Tony is a boy who was dealt a terrible hand and he had to figure out life for himself. Not only does he deal with the torment that is his life as a child, but at the age of thirteen he finds himself thrown out on the streets to fend for himself. It would be stupid to assume he would remain golden throughout his entire story. Tony does things, bad things, things I wish he hadn’t done. But he has to, and as the audience we are forced to negotiate the parts within ourselves that disagree with what he does at the expense of his need to find love, family, security, and shelter. This is simply not the kind of book you can read in one sitting. There were times when I had to stop reading and take some time away to really come to terms with my feelings. I was so captivated by, and invested in, Tony’s life that his heartache was my heartache. I am most definitely an emotional, sensitive person and this book pulled all of my heart strings. I suggest you keep tissues nearby if you are as well.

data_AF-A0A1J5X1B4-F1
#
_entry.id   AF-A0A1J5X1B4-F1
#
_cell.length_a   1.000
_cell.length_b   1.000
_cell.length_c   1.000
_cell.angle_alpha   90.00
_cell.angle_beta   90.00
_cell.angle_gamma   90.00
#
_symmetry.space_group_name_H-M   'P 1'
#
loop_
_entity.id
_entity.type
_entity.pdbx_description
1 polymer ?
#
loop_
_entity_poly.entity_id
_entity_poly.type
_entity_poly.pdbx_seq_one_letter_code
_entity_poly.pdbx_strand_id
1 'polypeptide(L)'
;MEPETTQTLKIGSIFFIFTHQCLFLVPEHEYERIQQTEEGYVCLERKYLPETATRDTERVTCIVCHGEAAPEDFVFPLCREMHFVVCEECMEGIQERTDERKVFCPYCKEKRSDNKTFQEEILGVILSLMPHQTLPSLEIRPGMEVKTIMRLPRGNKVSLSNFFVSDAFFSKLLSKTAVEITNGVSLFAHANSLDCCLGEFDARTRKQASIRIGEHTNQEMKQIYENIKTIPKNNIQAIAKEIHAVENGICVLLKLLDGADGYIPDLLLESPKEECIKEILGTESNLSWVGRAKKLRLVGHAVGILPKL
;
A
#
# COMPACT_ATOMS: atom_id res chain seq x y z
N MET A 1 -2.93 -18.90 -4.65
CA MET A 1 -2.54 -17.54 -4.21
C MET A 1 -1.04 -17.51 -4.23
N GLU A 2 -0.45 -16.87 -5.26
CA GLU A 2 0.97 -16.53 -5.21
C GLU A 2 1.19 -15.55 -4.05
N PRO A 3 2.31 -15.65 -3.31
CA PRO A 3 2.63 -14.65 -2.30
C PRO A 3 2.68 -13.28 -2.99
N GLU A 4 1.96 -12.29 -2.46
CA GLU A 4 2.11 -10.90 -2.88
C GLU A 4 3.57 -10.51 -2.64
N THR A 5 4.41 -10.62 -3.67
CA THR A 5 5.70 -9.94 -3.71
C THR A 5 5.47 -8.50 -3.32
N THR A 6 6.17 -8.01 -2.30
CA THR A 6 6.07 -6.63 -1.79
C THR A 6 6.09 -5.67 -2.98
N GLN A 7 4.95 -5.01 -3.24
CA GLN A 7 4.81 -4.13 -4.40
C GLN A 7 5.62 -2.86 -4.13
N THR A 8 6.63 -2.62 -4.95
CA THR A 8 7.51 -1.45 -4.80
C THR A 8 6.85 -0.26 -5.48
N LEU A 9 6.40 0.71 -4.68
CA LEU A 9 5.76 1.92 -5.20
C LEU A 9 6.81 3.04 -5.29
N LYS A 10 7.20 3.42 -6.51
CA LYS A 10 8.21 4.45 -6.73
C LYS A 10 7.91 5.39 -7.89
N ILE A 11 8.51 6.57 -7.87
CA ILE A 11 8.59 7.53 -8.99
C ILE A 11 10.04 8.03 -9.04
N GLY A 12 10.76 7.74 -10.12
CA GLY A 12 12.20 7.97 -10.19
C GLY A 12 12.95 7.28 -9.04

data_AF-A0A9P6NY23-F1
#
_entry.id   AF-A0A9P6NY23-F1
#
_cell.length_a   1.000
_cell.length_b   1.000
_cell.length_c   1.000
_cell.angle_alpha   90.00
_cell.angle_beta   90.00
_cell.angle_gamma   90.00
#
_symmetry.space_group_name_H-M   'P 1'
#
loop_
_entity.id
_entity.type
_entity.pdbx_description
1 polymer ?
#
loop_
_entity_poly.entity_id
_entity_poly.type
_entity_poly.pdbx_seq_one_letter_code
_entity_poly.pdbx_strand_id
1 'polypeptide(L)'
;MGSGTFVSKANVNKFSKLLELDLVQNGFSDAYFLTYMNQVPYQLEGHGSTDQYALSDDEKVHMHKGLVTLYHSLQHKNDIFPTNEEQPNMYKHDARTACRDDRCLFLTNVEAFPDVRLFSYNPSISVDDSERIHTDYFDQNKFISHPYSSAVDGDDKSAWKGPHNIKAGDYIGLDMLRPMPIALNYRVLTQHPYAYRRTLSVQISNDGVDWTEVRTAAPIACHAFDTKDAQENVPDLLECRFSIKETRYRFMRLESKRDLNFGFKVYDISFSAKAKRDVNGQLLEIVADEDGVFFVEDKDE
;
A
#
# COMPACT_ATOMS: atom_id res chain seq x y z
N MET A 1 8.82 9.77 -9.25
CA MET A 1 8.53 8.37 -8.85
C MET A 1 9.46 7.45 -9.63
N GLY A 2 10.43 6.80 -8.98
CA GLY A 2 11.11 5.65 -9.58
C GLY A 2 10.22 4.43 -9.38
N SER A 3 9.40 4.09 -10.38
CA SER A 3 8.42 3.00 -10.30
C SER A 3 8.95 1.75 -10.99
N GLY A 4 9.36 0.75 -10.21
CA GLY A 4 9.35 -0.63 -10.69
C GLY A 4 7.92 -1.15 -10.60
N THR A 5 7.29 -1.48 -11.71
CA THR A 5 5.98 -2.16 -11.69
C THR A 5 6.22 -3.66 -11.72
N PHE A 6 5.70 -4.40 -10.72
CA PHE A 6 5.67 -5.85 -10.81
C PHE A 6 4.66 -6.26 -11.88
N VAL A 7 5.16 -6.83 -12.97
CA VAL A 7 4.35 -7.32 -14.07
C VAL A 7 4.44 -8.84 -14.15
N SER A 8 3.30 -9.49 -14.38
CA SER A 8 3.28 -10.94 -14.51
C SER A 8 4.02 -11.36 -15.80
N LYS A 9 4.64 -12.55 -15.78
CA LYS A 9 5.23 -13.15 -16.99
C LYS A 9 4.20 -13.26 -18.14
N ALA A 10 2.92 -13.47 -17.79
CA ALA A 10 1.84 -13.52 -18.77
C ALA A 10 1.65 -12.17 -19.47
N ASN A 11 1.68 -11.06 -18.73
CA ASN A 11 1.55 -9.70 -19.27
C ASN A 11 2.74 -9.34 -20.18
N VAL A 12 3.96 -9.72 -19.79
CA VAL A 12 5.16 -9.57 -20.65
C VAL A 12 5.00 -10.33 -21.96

What I really liked about the book:
– Born Mobster is so raw that it forces the audience to come face to face with the insanity of the real world. There is no hand-holding. You are thrust head first into the depths of despair and you have to find a way to claw out of it. I appreciated the realities of the “horror” book I found myself reading.
– I also absolutely loved that Paige wrote in the accents for the characters, as Tony, his family, and friends are mostly Italian. I could hear their voices, accents included, inside my head. It made everything so much more believable.
– Though we start with Tony at age 7, we see him fully develop as a young man a full decade later.
What I really didn’t like about the book: